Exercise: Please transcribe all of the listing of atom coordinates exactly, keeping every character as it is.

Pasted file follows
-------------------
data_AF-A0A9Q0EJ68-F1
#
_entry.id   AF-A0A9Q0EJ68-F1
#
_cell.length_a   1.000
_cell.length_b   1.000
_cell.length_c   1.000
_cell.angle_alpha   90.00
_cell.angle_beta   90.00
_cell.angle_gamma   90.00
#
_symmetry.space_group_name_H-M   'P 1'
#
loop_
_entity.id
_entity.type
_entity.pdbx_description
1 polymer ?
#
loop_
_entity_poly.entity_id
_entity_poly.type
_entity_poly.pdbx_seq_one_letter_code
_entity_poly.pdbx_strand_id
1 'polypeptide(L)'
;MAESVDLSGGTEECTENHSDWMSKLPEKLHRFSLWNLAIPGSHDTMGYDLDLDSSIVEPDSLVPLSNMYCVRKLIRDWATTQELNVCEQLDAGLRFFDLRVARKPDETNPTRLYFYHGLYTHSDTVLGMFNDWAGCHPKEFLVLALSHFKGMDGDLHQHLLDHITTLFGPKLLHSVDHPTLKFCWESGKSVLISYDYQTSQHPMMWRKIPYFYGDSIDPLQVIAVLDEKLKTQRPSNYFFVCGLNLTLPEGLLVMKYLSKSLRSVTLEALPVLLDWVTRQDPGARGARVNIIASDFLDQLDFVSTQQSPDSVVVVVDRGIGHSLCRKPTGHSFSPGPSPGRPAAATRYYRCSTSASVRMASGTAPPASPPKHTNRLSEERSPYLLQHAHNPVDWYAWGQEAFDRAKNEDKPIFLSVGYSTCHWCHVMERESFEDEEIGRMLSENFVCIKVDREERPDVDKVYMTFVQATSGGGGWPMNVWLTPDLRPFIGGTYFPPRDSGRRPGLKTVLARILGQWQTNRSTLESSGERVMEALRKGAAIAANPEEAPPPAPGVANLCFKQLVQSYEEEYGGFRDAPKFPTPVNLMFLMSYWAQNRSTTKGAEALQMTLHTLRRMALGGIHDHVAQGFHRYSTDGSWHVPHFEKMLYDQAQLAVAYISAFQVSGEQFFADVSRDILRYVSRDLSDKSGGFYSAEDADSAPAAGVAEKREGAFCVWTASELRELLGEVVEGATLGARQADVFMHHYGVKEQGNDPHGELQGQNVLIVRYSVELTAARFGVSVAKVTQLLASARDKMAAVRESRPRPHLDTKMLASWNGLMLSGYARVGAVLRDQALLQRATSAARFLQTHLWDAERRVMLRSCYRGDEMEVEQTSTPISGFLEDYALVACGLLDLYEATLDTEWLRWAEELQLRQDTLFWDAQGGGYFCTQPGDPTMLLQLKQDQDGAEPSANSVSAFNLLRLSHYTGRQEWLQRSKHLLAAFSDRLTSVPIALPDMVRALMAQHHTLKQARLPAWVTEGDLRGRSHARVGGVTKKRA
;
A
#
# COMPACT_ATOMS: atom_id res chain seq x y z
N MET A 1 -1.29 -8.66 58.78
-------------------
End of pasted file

data_AF-A0A9Q0EJ68-F1
#
_entry.id   AF-A0A9Q0EJ68-F1
#
_cell.length_a   1.000
_cell.length_b   1.000
_cell.length_c   1.000
_cell.angle_alpha   90.00
_cell.angle_beta   90.00
_cell.angle_gamma   90.00
#
_symmetry.space_group_name_H-M   'P 1'
#
loop_
_entity.id
_entity.type
_entity.pdbx_description
1 polymer ?
#
loop_
_entity_poly.entity_id
_entity_poly.type
_entity_poly.pdbx_seq_one_letter_code
_entity_poly.pdbx_strand_id
1 'polypeptide(L)'
;MAESVDLSGGTEECTENHSDWMSKLPEKLHRFSLWNLAIPGSHDTMGYDLDLDSSIVEPDSLVPLSNMYCVRKLIRDWATTQELNVCEQLDAGLRFFDLRVARKPDETNPTRLYFYHGLYTHSDTVLGMFNDWAGCHPKEFLVLALSHFKGMDGDLHQHLLDHITTLFGPKLLHSVDHPTLKFCWESGKSVLISYDYQTSQHPMMWRKIPYFYGDSIDPLQVIAVLDEKLKTQRPSNYFFVCGLNLTLPEGLLVMKYLSKSLRSVTLEALPVLLDWVTRQDPGARGARVNIIASDFLDQLDFVSTQQSPDSVVVVVDRGIGHSLCRKPTGHSFSPGPSPGRPAAATRYYRCSTSASVRMASGTAPPASPPKHTNRLSEERSPYLLQHAHNPVDWYAWGQEAFDRAKNEDKPIFLSVGYSTCHWCHVMERESFEDEEIGRMLSENFVCIKVDREERPDVDKVYMTFVQATSGGGGWPMNVWLTPDLRPFIGGTYFPPRDSGRRPGLKTVLARILGQWQTNRSTLESSGERVMEALRKGAAIAANPEEAPPPAPGVANLCFKQLVQSYEEEYGGFRDAPKFPTPVNLMFLMSYWAQNRSTTKGAEALQMTLHTLRRMALGGIHDHVAQGFHRYSTDGSWHVPHFEKMLYDQAQLAVAYISAFQVSGEQFFADVSRDILRYVSRDLSDKSGGFYSAEDADSAPAAGVAEKREGAFCVWTASELRELLGEVVEGATLGARQADVFMHHYGVKEQGNDPHGELQGQNVLIVRYSVELTAARFGVSVAKVTQLLASARDKMAAVRESRPRPHLDTKMLASWNGLMLSGYARVGAVLRDQALLQRATSAARFLQTHLWDAERRVMLRSCYRGDEMEVEQTSTPISGFLEDYALVACGLLDLYEATLDTEWLRWAEELQLRQDTLFWDAQGGGYFCTQPGDPTMLLQLKQDQDGAEPSANSVSAFNLLRLSHYTGRQEWLQRSKHLLAAFSDRLTSVPIALPDMVRALMAQHHTLKQARLPAWVTEGDLRGRSHARVGGVTKKRA
;
A
#
# COMPACT_ATOMS: atom_id res chain seq x y z
N MET A 1 -1.29 -8.66 58.78